Now, I've hit that weight before... mainly on the way up. Arguably, I must have hit it an odd number of times - approximately the same number in each directin, because to hit it on the weigh up, I must have either hit it on the way down, or been under it to start with - something that's definitely been the case before.
I was about to write wistfully about the time in my life where I'd never exceeded 18 stone, but I don't think it's appropriate.
I'm pretty sure that I once found I was 16 and a half stone and was shocked into crash dieting, but I was younger, less experienced, had no idea that I could be attractive and fun, and squandered such youthful folly in a series of darkened rooms.
The darkened rooms of my older age are much better. They come with better facilities, more screens, and a more comfortable savings account.
They also come with fears for the future, a deep complex relationship with the tax man and my accountant, and a continuous sense that life would be better if there was less stuff.
It's odd. The desire to have loads, and the desire not to be burdened by it all, seem to go hand in hand. And this is both a metaphor for weight and the actual problem with weight.
My weight has been a heavy part of my life in recent years. Two years ago, weighing a little more than I do today, I was at a waypoint in a weightloss journey that began the previous year with a health scare. I lost a lot of weight while worried that I was doing so to get myself ready for an operation. Then the operation wasn't necessary. But I was healthier and happier, I did a musical, then rehearsed like crazy for another one's dance moves, managed to stay at some helpful weight equilibrium and was generally in good shape.
Since then life's had its way of tossing me about. Each dip or toss of the waves results in a weight reaction, positive or negative. The nature of the weight change isn't entirely related to whether it's a good or bad turn in my fortunes.
I changed job, and my new lifestyle caused me to gain some weight. Then I took control and lost some. Then I changed jobs again, and I got a part in a show, and steadily gained weight, despite feeling I'd be more in control of it. Then, with a job change imminent, I flicked the weightloss switch and steadily and sustainably brought the weight under control... until November last year.
Auditioning for a part I'd not even intended to audition for at first, and then getting hooked on the maybes of getting it, and doing ok in the audition process... that let me to another spike when eventually the part went to someone else. Worse than that, after many successful months (from June) of multiple dance classes a week, I was suddenly unable to do them owing to a knee injury.
Christmas last year was an eating competition - me vs my common sense.
Then January and I went to work, decided I actually couldn't quite bear to use the work kitchen to prepare healthy lunches, so just went without, and I came up with my best invention ever - losing weight by just eating briefly between 5pm and 9pm. I could largely eat what I liked, and the weight was dropping off again.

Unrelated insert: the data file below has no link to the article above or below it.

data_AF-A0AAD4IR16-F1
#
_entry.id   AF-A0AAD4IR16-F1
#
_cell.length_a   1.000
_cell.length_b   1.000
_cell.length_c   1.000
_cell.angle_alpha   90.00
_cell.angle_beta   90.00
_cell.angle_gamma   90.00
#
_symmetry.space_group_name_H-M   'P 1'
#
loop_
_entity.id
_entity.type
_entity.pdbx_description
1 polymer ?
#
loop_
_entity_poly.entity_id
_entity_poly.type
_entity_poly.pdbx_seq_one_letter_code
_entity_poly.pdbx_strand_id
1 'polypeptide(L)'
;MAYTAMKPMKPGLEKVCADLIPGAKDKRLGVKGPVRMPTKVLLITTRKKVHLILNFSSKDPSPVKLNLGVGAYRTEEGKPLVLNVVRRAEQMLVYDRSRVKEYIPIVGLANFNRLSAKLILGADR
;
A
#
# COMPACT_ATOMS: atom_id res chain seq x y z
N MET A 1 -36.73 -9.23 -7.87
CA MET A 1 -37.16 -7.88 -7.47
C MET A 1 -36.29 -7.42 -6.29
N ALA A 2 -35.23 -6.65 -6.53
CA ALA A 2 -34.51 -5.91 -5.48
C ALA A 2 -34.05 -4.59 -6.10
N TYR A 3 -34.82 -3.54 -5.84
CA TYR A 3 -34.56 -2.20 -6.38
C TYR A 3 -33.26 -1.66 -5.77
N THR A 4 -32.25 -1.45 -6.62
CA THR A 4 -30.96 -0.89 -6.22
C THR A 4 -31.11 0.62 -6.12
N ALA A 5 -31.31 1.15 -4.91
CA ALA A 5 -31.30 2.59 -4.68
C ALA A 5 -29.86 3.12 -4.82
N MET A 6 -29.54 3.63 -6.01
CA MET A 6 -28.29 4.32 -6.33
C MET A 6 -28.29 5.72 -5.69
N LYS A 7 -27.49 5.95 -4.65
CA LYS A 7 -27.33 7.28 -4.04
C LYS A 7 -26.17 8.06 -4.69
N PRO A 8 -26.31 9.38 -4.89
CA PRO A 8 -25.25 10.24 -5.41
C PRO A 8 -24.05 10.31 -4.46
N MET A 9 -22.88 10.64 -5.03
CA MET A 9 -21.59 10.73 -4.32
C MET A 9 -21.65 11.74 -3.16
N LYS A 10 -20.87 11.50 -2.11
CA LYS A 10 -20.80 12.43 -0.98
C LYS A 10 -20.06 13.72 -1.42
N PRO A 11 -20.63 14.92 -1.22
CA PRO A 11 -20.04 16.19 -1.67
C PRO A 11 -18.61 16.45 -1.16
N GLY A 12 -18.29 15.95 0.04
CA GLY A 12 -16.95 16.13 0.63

Fast forward to March and lockdown began. We self-isolated as we were under the impression it might be in our household and supplies waned a bit. I ate even less...
I broke a stone barrier I'd not broken in a while...
.. then things got easier... and I relaxed my regime... and packed weight back on.
At this point, I'd like to state without any fear of disagreeing with myself retrospectively, that eating loads of mashed avocado on sourdough toast is absolutely fantastic from the point of view of how it feels while you're doing it.
I also seemed to crave cereal.
I'm going to call this the lockdown-carb-addiction phase.
And it was a real shame. I'd been looking trimmer and feeling healthier and then things went back to binge eating.
On the up side, the local mobile fish and chip shop provided some very excellent food which me and the kids enjoyed enormously.
Something has to give, and ideally not the waistband of my trousers, or the central post of my office chair.
Before I became too much heavier, I decided to join in with my wife's "Fast 800" diet plan. It combines three things which we know to be effective for weightloss, but I'm not enjoying them and I'm planning to continue not enjoying them, while earnestly giving them a fair old crack of the whip.
- Interval fasting - you could do 8 hours, I'm trying to about 4 (or less). That's the period of the day when you consume calorific food. We're assuming that coffee and fizzy squash don't count.
- Low carbs - where previously I was trying a vague carb avoidance, and low carb works enormously well for me in general, here we're calculating the carbs down to very low numbers... scarily low
- Low calorie - fat not an issue... just keeping the calorie count around 800